How Lawyers made AmericaClass Term:
Spring Term 2019-2020Catalog Number:
3 (0 Contact, 0 Field)Graduation Requirements:
General Enrollment CourseFull Year Course:
Four short papers (10 pages each) counting 80%, plus 20% class participation.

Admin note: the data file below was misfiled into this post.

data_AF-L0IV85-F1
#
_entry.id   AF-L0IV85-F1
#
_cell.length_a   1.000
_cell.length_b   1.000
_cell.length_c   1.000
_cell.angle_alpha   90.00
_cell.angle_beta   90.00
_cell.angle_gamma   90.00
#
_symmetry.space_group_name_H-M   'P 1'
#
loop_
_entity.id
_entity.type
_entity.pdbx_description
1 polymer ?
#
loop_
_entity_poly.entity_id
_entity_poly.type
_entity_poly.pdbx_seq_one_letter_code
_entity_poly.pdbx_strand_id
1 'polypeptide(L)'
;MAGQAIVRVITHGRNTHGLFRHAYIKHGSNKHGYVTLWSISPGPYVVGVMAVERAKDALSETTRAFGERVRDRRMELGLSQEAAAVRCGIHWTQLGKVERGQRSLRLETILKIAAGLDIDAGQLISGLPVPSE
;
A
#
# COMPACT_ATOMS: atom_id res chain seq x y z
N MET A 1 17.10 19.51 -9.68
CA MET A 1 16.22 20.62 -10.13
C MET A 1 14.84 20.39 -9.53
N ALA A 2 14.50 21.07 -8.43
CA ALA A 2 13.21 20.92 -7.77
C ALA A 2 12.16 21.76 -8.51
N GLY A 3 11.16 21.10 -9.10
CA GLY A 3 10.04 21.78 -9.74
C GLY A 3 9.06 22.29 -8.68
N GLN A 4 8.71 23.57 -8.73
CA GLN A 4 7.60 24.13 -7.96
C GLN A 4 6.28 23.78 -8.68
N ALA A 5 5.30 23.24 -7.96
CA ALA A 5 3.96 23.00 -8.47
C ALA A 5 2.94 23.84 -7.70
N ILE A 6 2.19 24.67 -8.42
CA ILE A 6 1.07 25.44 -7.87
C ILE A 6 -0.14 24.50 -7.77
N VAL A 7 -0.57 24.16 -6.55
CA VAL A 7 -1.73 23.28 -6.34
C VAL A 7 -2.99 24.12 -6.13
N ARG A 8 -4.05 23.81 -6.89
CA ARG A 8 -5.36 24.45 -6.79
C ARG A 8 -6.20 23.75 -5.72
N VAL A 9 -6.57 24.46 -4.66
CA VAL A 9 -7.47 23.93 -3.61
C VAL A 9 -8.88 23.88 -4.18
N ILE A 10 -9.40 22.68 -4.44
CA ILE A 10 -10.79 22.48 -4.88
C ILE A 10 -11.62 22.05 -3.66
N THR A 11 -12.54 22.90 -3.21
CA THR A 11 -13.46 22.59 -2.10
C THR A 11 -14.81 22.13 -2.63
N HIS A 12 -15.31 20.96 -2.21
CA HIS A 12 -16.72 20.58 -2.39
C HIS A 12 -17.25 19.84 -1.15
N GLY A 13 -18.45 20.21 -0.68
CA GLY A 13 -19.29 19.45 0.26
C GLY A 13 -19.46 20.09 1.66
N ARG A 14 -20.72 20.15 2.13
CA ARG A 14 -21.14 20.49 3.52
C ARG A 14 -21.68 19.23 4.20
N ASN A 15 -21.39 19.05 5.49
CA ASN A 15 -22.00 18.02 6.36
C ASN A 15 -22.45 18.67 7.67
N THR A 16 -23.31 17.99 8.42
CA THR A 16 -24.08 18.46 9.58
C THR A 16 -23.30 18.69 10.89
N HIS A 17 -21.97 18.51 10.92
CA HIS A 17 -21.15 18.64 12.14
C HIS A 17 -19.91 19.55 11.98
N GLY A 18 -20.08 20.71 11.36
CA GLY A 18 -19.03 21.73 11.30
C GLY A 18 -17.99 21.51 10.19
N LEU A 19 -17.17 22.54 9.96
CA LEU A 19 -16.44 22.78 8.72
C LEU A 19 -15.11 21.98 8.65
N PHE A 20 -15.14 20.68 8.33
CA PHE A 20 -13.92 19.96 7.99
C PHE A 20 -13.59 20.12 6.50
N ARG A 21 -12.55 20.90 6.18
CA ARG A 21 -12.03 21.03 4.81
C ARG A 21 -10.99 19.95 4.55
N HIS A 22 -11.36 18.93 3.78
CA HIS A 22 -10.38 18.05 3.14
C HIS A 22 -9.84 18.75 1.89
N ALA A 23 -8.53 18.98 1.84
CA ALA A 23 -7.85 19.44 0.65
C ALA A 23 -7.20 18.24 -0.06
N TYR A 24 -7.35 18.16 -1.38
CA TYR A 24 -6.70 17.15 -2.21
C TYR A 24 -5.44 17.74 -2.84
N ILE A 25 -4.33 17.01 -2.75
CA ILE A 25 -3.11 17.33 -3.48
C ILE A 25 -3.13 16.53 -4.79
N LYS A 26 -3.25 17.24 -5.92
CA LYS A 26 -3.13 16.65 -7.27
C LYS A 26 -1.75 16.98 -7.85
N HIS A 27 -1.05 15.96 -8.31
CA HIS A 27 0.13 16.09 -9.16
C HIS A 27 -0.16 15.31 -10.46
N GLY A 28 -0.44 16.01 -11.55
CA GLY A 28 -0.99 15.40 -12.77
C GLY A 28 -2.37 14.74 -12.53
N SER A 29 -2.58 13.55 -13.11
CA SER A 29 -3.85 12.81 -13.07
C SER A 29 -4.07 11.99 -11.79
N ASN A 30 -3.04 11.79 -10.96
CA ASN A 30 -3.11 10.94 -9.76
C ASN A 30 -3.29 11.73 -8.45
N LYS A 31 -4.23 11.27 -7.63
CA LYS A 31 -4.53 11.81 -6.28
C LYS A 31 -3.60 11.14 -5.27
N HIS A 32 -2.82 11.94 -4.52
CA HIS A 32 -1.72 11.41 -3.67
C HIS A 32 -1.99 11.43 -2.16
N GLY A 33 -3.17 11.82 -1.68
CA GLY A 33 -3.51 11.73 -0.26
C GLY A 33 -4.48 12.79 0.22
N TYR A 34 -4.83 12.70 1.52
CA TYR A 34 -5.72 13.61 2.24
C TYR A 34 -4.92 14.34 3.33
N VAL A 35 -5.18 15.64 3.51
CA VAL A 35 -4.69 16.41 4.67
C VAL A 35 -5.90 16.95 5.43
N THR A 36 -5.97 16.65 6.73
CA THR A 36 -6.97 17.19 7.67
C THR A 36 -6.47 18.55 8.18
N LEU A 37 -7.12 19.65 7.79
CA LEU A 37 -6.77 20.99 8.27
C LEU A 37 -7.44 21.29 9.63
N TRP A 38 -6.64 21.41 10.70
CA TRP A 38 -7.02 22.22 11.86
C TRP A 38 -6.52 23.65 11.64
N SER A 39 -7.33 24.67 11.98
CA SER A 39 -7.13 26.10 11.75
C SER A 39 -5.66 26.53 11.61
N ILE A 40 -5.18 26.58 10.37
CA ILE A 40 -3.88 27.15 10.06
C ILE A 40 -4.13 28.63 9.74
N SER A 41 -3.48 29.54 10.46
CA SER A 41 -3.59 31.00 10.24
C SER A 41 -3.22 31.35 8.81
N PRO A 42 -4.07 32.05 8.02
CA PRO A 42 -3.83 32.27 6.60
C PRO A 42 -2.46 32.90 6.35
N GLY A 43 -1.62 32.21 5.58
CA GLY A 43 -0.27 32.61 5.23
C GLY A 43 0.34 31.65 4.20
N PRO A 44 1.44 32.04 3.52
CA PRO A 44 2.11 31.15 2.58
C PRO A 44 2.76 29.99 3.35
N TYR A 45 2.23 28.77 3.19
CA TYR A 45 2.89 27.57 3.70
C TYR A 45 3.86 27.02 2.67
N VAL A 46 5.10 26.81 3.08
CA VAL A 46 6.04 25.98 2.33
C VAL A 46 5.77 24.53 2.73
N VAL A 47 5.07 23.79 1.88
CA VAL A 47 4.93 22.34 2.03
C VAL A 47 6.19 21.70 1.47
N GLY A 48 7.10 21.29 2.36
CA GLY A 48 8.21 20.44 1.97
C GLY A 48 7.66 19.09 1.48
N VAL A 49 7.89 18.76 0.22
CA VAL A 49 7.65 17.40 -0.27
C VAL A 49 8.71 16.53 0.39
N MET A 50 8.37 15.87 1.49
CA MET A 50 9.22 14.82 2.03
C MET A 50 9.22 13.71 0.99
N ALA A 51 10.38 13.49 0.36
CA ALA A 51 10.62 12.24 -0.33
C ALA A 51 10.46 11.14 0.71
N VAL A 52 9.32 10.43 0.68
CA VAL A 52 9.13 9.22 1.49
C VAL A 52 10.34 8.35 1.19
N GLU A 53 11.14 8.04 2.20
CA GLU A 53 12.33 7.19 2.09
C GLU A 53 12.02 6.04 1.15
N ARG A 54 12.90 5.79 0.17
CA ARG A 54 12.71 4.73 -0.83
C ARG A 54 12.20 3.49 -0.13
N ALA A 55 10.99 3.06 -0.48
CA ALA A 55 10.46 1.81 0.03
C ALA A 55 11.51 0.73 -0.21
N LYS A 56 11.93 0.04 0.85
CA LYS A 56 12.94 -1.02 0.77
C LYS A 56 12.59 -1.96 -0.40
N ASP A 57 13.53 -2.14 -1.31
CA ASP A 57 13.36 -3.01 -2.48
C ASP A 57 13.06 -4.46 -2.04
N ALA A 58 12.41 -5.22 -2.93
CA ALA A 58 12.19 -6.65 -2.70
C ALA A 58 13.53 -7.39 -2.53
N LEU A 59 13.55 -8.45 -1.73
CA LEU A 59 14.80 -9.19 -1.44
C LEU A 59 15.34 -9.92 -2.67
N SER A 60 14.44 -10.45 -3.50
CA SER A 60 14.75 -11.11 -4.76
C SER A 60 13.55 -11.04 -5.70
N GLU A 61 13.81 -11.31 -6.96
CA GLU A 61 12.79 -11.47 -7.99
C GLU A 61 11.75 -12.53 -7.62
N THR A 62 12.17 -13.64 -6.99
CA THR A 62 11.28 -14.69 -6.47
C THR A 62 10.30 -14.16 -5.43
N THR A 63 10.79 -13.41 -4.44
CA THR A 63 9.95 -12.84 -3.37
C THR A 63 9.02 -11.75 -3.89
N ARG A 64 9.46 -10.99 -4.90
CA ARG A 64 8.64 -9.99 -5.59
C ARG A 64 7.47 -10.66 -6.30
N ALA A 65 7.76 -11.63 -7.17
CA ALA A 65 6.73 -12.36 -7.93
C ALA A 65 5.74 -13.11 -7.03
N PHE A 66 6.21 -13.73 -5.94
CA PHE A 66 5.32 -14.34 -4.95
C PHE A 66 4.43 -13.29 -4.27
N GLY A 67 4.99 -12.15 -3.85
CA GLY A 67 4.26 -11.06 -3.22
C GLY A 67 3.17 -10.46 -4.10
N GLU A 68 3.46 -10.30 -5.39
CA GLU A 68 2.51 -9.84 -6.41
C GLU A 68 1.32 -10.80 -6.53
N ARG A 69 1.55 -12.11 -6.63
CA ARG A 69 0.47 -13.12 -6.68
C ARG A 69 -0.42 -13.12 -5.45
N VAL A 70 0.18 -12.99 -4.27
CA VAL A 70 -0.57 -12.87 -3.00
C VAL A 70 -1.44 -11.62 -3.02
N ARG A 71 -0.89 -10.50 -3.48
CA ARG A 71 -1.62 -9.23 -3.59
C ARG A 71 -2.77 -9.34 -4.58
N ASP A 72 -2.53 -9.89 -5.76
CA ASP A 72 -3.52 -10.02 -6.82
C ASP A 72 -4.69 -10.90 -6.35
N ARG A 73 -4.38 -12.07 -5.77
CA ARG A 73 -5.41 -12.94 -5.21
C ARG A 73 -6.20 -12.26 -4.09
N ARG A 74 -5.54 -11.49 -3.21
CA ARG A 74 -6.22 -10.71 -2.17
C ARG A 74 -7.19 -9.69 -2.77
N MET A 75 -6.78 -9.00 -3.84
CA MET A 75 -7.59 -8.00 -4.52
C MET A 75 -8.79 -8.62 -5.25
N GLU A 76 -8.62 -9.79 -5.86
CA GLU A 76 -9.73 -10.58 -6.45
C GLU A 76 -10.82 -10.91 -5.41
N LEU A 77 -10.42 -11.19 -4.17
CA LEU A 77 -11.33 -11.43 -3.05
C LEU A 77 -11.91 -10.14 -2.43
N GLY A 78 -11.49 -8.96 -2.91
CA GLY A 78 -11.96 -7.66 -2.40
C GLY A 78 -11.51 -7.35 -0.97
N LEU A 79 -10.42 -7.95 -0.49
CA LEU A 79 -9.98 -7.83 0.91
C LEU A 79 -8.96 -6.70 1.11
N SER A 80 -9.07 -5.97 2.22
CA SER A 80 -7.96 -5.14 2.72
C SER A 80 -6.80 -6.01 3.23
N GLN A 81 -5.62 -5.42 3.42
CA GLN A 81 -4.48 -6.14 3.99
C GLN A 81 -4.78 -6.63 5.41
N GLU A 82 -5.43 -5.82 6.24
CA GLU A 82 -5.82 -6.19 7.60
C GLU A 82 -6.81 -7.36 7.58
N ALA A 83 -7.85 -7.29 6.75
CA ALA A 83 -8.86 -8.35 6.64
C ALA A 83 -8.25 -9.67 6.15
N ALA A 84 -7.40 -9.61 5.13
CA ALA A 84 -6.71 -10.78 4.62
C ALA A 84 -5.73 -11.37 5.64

This course examines the role of American lawyers as nation‐builders from colonization to the present day. It explores not only how lawyers crafted the domestic legal and constitutional structure, but also how they shaped American settlement, politics, business, letters, education, rhetoric, race relations, immigration, communication, diplomacy, war‐waging and peace‐making over more than four centuries, allowing lawyers (not businessmen, not doctors, not professors, not clergy, not engineers…) to largely define what it means to be an American. It considers how ordinary citizens and members of other professional groups have reacted to lawyers in their many social capacities, and it assesses how embracing and occasionally rejecting their self‐appointed status as “essential Americans” has affected lawyers themselves. It concludes with an investigation of where lawyers stand in today’s America, assessing whether they have succeeded or failed in their larger ambitions to build and to lead, and how they might better serve their country and themselves in uncertain times.